The Municipality of North Cowichan’s council voted against a motion to have its planning staff conduct a study of the possible effects that the planned development in the Bell McKinnon area, where the new Cowichan District Hospital is to be built, would have on other centres in the municipality. (File photo)

The Municipality of North Cowichan’s council voted against a motion to have its planning staff conduct a study of the possible effects that the planned development in the Bell McKinnon area, where the new Cowichan District Hospital is to be built, would have on other centres in the municipality. (File photo)

North Cowichan votes against staff report on Bell McKinnon plan

Report rejected in tight 4-3 council vote

There will be no study by staff in North Cowichan on the potential impacts of the proposed development in the Bell McKinnon area on other centres in the municipality. This is where the new Cowichan District Hospital is to be built.

Coun. Christopher Justice made the motion for staff to write the report at the council meeting on Dec. 15 after the Chemainus Business Improvement Association wrote council in September on the issue.

The letter from the CBIA expressed concerns over the scope of the proposed Bell McKinnon development, and the effects that it might have on the future well-being of Chemainus and other small, established communities in and around the municipality, including Duncan and Crofton.

RELATED STORY: BELL-MCKINNON RESIDENTS ACCUSE NORTH COWICHAN COUNCIL OF BAIT-AND-SWITCH OVER AREA PLAN

Justice said the development in the Bell McKinnon area currently planned could be potentially six times the size of Chemainus and four times the size of Duncan.

He said the municipality is making a huge planning decision without getting the opinions of North Cowichan’s professional planners.

“This is not about the new hospital, which we all welcome and is a certainty,” Justice said.

“This is about the scope of the development around the hospital and what is in the best interests of the whole community in North Cowichan. A major decision such as this must be made with the best information available.”

North Cowichan appears to be leaning toward keeping much of the original Bell McKinnon local area plan in place, which calls for high-density development, as the construction of the new $887-million hospital in the area is scheduled to begin in the new year.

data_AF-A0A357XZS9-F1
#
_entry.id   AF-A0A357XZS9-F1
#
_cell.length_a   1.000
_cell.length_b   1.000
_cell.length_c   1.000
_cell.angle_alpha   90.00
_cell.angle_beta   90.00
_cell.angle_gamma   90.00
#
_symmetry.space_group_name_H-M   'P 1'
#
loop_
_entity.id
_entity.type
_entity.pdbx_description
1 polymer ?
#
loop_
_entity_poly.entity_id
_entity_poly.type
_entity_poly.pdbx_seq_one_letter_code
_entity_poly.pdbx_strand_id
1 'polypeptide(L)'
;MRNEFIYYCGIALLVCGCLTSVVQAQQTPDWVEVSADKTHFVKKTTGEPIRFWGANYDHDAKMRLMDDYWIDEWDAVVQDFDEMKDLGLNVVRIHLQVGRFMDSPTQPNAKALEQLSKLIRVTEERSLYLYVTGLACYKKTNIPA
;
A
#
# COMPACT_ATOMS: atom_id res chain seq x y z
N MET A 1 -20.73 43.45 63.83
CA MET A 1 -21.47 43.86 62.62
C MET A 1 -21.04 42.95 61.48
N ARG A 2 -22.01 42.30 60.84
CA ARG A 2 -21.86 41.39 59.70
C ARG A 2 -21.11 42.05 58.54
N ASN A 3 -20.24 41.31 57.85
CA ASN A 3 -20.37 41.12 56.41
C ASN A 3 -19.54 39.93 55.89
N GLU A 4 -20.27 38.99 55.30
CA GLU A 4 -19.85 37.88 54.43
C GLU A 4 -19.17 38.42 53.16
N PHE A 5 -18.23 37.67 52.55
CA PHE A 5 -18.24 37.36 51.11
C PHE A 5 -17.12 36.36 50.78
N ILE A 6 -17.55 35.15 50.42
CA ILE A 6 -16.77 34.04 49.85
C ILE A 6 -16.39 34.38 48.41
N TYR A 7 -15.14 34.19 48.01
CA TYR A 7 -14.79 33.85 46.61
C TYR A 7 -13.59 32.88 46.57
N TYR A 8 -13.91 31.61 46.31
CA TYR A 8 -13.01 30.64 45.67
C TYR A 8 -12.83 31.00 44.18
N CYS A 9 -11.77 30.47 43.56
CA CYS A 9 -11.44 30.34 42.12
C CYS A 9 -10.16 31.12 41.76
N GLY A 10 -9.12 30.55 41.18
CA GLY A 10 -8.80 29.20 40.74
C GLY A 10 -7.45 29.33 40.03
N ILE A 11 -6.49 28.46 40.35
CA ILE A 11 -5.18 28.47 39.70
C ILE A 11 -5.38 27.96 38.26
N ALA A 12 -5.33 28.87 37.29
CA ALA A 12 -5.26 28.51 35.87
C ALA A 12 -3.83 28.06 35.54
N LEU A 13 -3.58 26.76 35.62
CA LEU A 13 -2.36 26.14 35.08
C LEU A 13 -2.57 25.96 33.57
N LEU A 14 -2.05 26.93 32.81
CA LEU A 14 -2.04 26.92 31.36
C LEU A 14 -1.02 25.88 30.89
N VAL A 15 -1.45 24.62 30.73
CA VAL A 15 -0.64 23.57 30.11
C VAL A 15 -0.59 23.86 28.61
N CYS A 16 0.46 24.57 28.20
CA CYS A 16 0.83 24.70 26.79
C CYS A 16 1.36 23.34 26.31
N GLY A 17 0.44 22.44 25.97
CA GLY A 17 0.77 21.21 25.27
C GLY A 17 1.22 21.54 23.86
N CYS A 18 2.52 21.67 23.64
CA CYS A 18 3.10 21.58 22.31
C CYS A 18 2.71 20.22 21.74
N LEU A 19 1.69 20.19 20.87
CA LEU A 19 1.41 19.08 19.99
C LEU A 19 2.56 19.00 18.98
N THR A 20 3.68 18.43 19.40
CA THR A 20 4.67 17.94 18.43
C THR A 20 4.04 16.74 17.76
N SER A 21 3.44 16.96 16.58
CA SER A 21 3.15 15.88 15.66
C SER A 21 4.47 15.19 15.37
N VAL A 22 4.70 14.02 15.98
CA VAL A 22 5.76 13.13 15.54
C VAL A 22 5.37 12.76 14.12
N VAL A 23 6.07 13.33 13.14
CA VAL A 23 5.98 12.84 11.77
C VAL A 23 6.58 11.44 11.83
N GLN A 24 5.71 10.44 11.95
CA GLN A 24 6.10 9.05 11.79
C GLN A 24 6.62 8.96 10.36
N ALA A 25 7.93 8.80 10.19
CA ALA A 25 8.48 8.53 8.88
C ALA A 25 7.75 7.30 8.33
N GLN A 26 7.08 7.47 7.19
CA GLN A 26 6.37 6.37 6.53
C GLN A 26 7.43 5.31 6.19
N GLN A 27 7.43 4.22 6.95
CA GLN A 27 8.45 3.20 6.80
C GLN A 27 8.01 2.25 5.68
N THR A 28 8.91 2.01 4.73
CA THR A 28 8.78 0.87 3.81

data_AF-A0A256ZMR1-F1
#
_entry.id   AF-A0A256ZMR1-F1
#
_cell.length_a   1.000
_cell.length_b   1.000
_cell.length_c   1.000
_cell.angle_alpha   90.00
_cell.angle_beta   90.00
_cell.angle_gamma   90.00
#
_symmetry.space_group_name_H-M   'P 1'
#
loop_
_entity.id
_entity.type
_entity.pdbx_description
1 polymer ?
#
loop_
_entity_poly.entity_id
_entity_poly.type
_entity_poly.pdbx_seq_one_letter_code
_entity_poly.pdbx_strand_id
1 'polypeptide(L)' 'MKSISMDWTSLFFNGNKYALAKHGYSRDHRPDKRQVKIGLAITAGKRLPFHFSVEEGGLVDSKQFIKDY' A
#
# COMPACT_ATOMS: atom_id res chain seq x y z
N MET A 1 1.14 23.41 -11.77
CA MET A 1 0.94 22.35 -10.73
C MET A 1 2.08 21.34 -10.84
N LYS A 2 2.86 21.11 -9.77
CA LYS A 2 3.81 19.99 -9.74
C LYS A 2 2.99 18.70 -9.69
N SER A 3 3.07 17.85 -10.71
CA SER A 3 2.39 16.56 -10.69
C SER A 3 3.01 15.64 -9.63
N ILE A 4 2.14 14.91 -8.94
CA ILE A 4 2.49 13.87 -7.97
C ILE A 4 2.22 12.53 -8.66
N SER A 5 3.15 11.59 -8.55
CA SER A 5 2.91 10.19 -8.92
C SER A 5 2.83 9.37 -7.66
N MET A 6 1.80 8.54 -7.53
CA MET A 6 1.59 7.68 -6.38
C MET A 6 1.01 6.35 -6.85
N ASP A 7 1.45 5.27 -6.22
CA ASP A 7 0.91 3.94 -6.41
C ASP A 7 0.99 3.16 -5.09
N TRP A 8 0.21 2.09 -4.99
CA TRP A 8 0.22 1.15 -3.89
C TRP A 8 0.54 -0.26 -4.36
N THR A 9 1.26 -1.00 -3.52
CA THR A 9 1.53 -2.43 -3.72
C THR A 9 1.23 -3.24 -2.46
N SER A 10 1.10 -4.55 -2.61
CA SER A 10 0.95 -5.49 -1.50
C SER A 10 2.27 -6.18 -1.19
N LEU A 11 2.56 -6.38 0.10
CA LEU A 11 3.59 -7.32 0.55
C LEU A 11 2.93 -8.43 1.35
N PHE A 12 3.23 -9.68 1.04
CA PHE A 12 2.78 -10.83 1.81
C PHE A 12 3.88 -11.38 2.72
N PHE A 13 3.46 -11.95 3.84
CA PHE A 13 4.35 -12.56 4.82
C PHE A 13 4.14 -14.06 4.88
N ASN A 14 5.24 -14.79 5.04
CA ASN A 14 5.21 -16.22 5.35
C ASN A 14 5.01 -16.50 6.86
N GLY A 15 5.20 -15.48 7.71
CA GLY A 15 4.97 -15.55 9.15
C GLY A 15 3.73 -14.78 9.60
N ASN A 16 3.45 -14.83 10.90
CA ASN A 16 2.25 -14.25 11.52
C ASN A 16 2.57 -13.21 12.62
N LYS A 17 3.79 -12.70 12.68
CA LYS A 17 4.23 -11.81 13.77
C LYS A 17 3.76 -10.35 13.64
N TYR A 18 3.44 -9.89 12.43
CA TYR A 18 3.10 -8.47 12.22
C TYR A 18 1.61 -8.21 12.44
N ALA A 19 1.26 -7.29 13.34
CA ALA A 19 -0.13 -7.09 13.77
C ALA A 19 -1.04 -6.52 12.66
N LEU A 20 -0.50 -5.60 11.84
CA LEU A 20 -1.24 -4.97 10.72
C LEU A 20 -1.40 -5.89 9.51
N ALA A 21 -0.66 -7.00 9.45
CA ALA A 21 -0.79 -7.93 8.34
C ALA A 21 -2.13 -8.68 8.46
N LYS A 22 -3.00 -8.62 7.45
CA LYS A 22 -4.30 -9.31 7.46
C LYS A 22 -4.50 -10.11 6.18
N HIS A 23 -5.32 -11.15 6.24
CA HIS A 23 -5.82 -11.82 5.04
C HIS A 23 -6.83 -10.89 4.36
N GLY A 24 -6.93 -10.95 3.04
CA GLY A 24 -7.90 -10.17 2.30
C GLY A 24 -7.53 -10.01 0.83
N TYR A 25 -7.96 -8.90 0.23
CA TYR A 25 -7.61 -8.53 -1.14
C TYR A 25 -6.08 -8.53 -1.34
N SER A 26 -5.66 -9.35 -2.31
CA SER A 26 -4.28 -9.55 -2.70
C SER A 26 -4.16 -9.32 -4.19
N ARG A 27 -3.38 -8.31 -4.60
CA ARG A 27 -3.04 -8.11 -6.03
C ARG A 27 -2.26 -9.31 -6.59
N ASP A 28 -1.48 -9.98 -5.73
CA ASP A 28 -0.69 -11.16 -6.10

RELATED STORY: NORTH COWICHAN LEANS TOWARD HIGH-DENSITY PLAN FOR BELL MCKINNON SOUTH, BUT EXCLUDES NORTH

A recommendation from the committee of the whole in September calls for a full build-out along the southern servicing corridor as far as the hospital site, providing for a mix of uses and densities as outlined in the LAP.

This option could see up to 6,000 housing units constructed in the area that will have as many as 12,000 people living in them.

At the beginning of the council meeting on Dec. 15, Krystal Adams, the executive director of the CBIA, spoke in favour of Justice’s motion, stating that she sees great value in council gaining a clearer insight into what the economic and other impacts the development of the Bell McKinnon area would have on other areas of the municipality.

But Coun. Tek Manhas said the Bell McKinnon local area plan is well thought out and accepted by the majority of people in the development area.

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He added that the LAP is an award-winning plan, and was worked on by planners in the municipality.

“I don’t know why you want a second opinion on this,” Manhas said to Justice.

“Maybe it’s because [the LAP] doesn’t agree with your point of view of what you want to see there. But the community has already spoken, our planning department accepted it and thought it was a good plan, and Island Health also said it was a good plan and they have already raised concerns around having enough housing for their staff and the construction staff in the area.”

Coun. Debra Toporowski put an abrupt end to the discussion at council when she called for a vote on the motion, stating council had already been talking about the issue for some time.

Although some council members said they wanted to address the issue, the majority of council agreed to call the question without further discussion, and Mayor Al Siebring, Coun. Rosalie Sawrie, Toporowski and Manhas voted against having staff do the study, defeating Justice’s motion.



robert.barron@cowichanvalleycitizen.com

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